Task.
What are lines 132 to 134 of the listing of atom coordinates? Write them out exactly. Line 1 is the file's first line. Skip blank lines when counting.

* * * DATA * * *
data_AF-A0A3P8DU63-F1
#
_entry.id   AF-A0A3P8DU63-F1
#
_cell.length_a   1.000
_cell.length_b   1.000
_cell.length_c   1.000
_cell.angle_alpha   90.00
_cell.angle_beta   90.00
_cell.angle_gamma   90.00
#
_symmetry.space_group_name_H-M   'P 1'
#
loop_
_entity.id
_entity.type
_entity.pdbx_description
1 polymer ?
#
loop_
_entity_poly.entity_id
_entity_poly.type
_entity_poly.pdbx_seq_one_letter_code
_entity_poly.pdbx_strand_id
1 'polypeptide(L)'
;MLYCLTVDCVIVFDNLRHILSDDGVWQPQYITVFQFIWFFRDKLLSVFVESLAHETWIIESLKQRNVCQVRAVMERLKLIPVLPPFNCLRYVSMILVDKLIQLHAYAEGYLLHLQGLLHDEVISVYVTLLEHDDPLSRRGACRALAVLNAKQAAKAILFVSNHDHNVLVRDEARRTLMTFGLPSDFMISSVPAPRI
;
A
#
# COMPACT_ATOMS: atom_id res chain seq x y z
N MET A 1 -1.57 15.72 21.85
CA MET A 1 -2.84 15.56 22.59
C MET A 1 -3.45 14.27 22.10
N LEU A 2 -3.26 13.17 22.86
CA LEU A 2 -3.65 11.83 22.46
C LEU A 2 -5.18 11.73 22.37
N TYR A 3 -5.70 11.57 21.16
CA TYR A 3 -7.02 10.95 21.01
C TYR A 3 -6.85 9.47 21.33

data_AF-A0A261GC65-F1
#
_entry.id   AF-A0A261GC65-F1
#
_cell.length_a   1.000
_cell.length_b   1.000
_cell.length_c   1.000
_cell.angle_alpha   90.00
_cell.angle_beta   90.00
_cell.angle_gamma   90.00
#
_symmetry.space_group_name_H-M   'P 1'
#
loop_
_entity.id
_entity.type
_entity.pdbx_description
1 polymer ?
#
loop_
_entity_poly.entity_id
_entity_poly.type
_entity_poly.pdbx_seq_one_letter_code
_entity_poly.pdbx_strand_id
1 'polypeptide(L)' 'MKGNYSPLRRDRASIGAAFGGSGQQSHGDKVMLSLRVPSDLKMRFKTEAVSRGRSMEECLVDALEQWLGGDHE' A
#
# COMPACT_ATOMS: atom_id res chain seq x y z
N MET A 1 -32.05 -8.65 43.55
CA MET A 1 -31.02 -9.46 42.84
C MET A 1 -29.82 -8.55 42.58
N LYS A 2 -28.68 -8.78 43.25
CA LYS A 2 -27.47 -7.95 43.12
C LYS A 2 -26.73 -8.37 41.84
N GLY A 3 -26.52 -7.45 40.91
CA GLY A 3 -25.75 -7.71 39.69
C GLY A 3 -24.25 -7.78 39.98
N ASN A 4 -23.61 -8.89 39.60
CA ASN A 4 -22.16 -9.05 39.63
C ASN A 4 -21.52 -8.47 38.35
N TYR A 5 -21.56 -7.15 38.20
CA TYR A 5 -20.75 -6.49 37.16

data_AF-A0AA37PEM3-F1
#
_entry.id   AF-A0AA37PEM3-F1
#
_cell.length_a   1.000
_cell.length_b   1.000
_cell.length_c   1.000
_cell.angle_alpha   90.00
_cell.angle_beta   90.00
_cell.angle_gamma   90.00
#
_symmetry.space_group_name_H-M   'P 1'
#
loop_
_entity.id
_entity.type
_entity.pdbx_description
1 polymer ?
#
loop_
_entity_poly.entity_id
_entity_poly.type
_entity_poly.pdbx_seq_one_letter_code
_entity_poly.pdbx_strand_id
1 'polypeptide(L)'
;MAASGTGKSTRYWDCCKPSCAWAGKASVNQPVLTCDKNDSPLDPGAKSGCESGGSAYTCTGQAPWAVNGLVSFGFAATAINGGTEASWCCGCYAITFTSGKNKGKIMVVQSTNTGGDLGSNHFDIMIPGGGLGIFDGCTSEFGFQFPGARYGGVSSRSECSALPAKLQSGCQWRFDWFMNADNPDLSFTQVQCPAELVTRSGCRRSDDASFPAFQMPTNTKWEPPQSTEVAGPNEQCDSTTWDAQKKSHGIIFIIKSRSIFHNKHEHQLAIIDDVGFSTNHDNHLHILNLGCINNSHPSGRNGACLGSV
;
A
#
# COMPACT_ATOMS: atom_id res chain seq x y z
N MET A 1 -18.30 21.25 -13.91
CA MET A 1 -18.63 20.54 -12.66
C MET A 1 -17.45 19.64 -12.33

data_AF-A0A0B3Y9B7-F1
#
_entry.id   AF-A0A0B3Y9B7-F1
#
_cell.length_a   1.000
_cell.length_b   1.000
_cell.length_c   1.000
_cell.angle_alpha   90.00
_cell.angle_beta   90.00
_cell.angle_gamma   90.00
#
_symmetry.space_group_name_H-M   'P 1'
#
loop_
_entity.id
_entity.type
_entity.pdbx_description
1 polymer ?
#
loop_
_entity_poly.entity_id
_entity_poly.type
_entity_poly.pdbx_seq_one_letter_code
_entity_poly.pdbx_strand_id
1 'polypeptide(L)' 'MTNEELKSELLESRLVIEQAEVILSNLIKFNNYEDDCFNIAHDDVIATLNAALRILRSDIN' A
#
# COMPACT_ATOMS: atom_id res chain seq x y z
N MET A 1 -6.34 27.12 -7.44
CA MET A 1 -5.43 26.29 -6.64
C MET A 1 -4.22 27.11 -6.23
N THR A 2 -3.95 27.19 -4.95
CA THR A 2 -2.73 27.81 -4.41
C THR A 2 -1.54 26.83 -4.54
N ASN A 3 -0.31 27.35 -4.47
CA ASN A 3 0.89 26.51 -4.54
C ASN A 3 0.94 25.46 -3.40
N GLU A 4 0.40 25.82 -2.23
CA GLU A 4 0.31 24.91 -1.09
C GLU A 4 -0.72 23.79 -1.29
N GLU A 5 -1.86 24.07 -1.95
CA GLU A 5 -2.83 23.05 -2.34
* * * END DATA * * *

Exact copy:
#
loop_
_entity_poly.entity_id